Senior Column | A letter to my sister and the many other prospective Hawkeyes

As I prepare to leave the University of Iowa, I’ve reflected on my experience and have compiled tips for incoming Hawkeyes.


Sophie Stover, Opinions Contributor

So, you’ve found yourself here, a senior in high school with sights set on Iowa City. You already know you’ve made a great choice, and I’m here to affirm that. As a senior, I can certainly say I made the right decision to attend the University of Iowa.

I’ll always be thankful for the people I met at The University of Iowa and in the Iowa City community. Moreover, I learned many lessons from my experiences while pursuing an undergraduate degree here. The following are my tips for prospective students to maximize the college experience at the University of Iowa.

Attend office hours with your professors, especially in classes with less than 50 people. I found that talking to professors is most beneficial when the class is engaging, difficult, or when the professor had experience that aligned with my interests.

Through Zoom meetings, I was able to make meaningful connections with professors during the pandemic. Further, cultivating a strong relationship with a professor is helpful for future references or letters of recommendation.

Later in college when you’re seeking a job or internship, it’s worth trying to directly contact decision-makers. Worst case scenario after emailing a hiring manager or decision maker directly is no response. The best-case scenario is a new connection and avenue to a job application.

Talk to as many people as possible, especially the first year. Talk to your neighbors in class and on your dorm floor because you’ll likely see them again. I knocked on my neighbor’s door the first night in Burge, and the girl that answered is my best friend still today.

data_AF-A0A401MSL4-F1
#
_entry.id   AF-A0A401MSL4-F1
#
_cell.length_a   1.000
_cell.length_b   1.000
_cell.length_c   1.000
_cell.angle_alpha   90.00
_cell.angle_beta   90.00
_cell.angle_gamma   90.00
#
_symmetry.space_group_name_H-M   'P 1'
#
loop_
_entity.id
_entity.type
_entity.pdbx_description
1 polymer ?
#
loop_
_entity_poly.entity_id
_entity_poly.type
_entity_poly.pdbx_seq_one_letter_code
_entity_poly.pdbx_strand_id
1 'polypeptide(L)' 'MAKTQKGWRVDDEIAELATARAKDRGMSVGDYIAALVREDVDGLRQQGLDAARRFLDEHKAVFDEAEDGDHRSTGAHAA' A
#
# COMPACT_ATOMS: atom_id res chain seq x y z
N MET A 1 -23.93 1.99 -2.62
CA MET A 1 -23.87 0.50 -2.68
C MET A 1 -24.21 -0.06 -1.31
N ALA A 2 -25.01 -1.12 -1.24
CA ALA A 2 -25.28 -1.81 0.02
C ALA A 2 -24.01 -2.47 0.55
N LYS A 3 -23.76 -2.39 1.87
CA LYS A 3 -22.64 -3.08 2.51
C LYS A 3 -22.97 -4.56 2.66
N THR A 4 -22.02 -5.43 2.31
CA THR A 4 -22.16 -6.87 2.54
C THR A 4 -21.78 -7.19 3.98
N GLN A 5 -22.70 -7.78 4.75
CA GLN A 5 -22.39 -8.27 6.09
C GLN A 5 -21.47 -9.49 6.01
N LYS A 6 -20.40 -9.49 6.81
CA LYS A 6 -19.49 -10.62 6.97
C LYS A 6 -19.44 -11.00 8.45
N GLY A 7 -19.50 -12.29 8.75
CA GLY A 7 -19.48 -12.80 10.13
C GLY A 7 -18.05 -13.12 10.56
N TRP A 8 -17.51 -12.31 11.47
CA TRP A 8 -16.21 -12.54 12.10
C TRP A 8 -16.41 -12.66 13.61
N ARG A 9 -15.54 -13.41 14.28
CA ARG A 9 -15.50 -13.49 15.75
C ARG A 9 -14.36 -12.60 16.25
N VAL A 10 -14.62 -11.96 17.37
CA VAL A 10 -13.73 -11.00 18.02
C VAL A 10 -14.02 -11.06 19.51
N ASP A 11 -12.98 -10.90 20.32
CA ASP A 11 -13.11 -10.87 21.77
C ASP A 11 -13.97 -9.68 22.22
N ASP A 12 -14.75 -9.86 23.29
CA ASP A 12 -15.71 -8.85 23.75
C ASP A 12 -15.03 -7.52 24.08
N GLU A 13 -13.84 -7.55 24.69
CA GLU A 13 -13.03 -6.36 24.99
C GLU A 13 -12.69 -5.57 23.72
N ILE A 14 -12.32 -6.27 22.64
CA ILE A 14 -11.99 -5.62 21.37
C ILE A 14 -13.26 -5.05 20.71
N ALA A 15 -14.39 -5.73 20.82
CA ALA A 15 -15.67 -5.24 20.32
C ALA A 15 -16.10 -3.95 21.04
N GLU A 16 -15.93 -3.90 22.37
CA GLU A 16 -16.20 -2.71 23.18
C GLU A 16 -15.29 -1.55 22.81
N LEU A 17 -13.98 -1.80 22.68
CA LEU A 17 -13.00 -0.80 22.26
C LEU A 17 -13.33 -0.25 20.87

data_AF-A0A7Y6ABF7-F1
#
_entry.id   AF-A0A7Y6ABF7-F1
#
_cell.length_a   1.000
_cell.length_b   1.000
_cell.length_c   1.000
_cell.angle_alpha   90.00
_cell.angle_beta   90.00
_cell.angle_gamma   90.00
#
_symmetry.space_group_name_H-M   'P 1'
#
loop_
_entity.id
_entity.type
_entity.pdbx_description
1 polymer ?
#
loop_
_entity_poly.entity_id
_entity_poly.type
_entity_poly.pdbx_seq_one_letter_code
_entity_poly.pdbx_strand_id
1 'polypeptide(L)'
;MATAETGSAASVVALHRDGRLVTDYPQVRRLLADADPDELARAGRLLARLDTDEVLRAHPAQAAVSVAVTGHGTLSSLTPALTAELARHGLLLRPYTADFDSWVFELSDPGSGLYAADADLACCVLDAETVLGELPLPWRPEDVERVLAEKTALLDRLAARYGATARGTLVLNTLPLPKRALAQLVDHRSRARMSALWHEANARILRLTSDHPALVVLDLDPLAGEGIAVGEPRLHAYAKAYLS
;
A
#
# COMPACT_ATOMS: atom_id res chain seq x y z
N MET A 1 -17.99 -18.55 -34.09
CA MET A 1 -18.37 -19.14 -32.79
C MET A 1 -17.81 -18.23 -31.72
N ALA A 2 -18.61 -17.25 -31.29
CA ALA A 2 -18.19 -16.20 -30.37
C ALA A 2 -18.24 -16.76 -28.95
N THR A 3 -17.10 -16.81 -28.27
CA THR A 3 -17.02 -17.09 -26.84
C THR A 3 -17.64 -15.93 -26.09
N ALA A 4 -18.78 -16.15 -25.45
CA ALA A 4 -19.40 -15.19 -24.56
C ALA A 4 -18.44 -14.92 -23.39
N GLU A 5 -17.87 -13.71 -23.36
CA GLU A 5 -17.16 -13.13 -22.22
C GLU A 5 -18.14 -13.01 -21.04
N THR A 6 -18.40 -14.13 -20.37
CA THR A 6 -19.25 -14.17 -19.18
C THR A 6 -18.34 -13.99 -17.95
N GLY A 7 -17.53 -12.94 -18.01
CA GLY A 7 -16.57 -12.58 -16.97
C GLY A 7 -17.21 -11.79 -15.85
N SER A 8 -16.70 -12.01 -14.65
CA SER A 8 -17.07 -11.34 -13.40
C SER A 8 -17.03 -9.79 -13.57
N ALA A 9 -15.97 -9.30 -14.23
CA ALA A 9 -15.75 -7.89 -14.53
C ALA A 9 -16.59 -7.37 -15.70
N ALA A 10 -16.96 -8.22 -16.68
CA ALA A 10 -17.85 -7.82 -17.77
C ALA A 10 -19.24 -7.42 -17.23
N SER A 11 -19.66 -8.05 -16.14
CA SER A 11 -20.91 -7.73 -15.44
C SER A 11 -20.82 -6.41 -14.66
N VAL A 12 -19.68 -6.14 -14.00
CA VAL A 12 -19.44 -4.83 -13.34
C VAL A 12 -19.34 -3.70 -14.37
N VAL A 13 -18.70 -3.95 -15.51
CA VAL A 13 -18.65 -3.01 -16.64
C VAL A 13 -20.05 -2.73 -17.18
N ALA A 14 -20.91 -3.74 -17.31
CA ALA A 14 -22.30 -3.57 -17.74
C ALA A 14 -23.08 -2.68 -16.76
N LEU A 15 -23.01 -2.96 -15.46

Another great way to meet people with common interests is to check all the clubs and groups at the UI. The university and surrounding community boast tons of opportunities for student involvement. Joining a club helps to feel a sense of connection to campus and to find camaraderie with peers and colleagues.

This tip isn’t always fun but find ways to get out of your comfort zone. Reflecting on my college experience, I made huge improvements in personal growth when I put myself into uncertain situations. Take that class you know nothing about, and join that club you’re interested in.

You’ll be better for it in the long run. I never had goals or aspirations to be a journalist, so joining the Daily Iowan was certainly out of my comfort zone. Yet here I am, a year later, with countless incredible experiences and a full-time job lined up in part thanks to the DI. You never know where your new skills or connections will take you.

My final tip might be a controversial one but work a part time food service job during college. Working at Panera Bread for three years during my college career absolutely pushed me to some mental limits.

Food service is both frustrating and hard work, but leaving that job made me appreciate it more. I created relationships with my coworkers that I’ll remember forever, and the stress I endured reinforced my belief that I’m capable of anything.

Columns reflect the opinions of the authors and are not necessarily those of the Editorial Board, The Daily Iowan, or other organizations in which the author may be involved.